Woman, aunt in 20-year fight over tycoon's Sh100m estate
By Daniel Chege | May 10th 2021
A woman and her aunt will testify against each other to justify why they should inherit Sh100 million estate left by a businessman whom they both claim to have been married to.
In the two-decade legal battle, Lucy Wanjiku, 51, and her aunt Susan Nyambura, 73, will have to prove their marriage to Joseph Leitmann by giving oral evidence.
Justice Hillary Chemitei summoned them to appear before the High Court for a hearing on the grounds that the succession suit for Leitmann’s inheritance must be heard on merit.
The judge said that the delay in the case initiated in 2001, forced the court to issue the orders.
“The applicant (Nyambura) and the respondent (Wanjiku) are hereby ordered to appear in court, give their testimony, and explain why each should get a share of deceased’s properties,” ruled Chemitei.
He directed them to file further documents and statements they will use while giving their evidence on July 22.
Leitmann died on August 3, 2001. Since his death, Wanjiku and her aunt Nyambura, the alleged widows, have been seeking control of the property including a 5,178-acre land, several houses, hotels, motor vehicles, boreholes, and machinery business, and 2,000 shares in Ukingoni Farm Company Limited.
Wanjiku initiated the suit seeking orders to evict her aunt from their estate in Nakuru and block her from the deceased’s property.
In her documents, she claimed that she was the only legal wife of the deceased and that Nyambura, her aunt, was just a house help.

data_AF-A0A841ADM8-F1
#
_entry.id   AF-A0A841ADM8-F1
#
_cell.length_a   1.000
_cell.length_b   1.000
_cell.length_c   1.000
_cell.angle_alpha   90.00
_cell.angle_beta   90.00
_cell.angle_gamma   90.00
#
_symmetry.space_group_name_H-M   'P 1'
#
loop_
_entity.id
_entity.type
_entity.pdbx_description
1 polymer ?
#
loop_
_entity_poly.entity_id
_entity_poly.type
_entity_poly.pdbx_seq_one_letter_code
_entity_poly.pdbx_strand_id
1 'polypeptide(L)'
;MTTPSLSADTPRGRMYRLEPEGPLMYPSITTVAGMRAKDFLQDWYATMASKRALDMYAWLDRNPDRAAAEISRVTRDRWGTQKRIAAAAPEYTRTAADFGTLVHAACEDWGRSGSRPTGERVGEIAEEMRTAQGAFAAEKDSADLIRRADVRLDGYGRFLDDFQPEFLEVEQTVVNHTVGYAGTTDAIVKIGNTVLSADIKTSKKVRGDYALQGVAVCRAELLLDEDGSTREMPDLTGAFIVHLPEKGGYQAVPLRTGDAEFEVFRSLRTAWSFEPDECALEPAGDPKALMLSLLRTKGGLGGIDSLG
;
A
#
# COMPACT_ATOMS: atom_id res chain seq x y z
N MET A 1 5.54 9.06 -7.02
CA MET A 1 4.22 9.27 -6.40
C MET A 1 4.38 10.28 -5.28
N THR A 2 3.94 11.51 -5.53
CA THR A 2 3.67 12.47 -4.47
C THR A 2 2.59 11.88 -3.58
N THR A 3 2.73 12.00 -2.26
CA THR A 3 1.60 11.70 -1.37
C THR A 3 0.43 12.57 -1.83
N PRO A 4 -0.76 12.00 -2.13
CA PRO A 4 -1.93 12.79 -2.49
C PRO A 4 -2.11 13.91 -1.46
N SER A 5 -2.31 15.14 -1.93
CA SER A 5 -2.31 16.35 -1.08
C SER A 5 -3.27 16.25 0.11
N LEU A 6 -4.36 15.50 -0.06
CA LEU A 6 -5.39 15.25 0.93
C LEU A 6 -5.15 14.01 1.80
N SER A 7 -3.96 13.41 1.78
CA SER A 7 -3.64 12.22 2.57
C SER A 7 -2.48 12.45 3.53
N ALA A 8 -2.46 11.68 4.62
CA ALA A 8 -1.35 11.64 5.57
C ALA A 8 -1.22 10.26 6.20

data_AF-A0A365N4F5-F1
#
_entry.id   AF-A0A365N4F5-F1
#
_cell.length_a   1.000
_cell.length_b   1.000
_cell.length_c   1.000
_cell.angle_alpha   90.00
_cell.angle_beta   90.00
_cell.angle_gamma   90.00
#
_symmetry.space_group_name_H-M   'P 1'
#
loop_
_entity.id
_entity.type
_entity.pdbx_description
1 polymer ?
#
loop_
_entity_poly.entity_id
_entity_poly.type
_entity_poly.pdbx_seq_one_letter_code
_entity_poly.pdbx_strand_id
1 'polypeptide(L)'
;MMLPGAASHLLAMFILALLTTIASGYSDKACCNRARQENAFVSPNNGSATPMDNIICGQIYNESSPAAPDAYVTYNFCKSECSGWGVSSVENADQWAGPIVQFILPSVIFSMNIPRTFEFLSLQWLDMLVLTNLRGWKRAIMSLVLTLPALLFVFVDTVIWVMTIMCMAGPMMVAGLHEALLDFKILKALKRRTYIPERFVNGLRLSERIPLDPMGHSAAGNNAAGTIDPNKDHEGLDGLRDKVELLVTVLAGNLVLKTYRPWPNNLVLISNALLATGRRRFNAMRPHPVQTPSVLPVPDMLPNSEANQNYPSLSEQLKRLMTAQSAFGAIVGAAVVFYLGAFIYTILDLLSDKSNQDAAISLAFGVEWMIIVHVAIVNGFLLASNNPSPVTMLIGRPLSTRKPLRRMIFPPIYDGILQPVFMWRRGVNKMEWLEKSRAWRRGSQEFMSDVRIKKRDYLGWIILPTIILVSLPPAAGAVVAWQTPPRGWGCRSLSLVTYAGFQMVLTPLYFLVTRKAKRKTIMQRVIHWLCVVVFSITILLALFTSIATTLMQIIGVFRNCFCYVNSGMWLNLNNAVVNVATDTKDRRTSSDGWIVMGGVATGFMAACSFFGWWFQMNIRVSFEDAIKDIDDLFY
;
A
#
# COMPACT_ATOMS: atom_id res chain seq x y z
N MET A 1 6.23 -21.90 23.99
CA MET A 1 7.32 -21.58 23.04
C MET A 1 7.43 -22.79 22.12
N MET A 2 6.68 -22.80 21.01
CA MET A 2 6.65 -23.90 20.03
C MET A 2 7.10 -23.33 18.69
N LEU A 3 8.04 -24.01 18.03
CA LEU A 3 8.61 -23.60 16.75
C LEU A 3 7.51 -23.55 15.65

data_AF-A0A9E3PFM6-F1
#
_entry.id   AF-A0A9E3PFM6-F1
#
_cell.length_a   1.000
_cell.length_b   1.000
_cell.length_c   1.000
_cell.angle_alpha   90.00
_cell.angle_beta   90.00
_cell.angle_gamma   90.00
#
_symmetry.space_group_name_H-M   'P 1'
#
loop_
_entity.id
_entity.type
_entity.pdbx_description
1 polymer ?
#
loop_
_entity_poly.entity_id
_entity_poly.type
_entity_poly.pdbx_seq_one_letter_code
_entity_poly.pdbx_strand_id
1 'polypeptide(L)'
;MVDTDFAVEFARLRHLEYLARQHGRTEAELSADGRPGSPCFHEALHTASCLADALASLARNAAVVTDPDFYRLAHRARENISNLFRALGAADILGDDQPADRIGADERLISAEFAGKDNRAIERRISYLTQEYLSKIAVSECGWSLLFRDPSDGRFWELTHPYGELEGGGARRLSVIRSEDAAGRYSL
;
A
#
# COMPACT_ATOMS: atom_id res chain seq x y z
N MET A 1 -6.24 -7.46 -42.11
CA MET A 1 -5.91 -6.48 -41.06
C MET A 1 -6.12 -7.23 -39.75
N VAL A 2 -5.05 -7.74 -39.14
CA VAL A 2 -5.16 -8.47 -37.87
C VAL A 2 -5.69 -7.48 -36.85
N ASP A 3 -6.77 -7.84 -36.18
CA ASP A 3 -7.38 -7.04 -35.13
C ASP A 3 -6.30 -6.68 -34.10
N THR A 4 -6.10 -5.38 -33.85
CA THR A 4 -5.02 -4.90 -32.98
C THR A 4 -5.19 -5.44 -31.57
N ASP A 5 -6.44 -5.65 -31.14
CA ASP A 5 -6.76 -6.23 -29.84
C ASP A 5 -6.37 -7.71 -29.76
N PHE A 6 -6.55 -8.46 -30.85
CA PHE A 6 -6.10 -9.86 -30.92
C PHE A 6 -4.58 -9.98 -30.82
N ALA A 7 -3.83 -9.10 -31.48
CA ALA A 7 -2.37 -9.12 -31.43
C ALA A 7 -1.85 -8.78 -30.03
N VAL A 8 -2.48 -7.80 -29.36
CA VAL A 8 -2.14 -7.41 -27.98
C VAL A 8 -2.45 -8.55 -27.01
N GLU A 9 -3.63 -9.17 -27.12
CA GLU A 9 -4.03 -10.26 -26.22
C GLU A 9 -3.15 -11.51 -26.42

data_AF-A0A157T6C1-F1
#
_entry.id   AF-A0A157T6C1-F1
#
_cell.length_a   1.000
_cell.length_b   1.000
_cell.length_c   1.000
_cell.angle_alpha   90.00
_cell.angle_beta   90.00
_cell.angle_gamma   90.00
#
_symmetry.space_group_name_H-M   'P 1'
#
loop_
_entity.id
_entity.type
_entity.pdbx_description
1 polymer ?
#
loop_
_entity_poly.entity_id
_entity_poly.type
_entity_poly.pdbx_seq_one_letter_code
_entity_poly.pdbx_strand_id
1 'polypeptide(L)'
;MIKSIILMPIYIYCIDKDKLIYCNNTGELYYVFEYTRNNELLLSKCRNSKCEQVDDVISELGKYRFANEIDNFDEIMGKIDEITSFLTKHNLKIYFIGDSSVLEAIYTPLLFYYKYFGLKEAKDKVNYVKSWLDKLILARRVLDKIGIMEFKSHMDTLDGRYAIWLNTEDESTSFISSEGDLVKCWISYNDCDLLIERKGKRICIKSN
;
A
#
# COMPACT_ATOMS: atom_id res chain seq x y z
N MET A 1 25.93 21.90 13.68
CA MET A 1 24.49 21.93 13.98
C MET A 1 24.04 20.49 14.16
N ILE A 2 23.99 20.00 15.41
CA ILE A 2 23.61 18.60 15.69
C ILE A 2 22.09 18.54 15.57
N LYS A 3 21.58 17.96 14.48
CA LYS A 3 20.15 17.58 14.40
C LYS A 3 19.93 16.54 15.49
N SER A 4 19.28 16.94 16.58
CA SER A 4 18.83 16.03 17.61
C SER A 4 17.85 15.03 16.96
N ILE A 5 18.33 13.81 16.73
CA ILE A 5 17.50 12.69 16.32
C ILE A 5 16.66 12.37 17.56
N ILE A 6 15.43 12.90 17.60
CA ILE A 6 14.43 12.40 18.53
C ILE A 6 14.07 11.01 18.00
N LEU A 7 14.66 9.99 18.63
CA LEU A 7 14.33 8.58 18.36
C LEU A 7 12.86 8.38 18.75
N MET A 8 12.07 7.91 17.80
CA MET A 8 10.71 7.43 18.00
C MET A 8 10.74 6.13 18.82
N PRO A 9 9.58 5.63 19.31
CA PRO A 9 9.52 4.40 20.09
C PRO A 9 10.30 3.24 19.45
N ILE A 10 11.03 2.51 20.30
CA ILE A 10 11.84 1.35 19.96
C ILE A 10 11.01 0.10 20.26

“My aunt was a housemaid. She has no rights to claim a share in the property,” she submitted.
Wanjiku filed as evidence, a marriage certificate showing that she got married to Leitmann on June 30, 1995.
On May 11, 2007, Wanjiku was issued with letters of administration and an order to evict her aunt.
The aunt, however, accuses Wanjiku of fraudulently obtaining the grant by making it look like she was the only widow of Leitmann.
“The respondent concealed the fact that her aunt was her co-wife and also a widow to the deceased,” submits Nyambura.
She wants the court to revoke the grant, declare it illegal and stop her niece from evicting her until the case is concluded.
She avers that she was married to Leitmann under Kikuyu customary marriage sometime in the 1960s and through her hard work, they both accumulated wealth.
Further, she claims that as she was not blessed with children, she took in Wanjiku when she was only a toddler, raised her, and facilitated her education.
She, however, claims that her niece had an affair with her husband and in turn, they got two children.
“Leitmann divorced Nyambura and contracted a marriage with Wanjiku in 1995 after they both had children,” read the documents.
She states that when her niece abandoned her children and husband and went to the US, the deceased called her back to his house.
“The applicant and deceased were in the process of rectifying their union but he died. The respondent showed up after burial and took over the estate,” reads the application.
She adds that she was forced to live with other servants.
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